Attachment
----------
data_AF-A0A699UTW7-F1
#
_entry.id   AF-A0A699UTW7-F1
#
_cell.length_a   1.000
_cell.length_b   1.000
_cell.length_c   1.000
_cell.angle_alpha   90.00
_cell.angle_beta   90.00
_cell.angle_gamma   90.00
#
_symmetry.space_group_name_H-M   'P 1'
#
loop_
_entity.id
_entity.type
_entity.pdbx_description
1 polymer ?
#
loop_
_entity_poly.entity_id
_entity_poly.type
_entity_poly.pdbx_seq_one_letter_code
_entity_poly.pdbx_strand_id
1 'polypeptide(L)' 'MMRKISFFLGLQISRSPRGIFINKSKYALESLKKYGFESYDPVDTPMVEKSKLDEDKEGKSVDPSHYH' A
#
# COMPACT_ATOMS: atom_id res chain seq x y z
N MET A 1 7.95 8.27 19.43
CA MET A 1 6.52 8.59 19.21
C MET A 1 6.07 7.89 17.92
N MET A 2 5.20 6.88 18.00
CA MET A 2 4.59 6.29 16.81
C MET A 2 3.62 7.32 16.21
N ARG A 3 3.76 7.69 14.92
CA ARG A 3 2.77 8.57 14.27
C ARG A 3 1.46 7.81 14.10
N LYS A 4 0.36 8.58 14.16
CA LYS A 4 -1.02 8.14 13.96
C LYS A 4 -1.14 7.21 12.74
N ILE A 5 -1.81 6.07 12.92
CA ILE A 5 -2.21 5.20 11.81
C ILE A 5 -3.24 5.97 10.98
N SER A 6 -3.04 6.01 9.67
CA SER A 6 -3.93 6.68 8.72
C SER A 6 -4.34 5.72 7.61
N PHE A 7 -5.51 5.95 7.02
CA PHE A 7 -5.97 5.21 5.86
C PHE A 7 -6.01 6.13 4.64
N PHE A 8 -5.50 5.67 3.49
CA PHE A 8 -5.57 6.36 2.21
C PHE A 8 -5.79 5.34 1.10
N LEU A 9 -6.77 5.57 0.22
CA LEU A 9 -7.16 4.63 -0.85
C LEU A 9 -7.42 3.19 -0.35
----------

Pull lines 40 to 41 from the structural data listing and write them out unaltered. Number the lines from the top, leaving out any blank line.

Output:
N ILE A 5 -1.81 6.07 12.92
CA ILE A 5 -2.21 5.20 11.81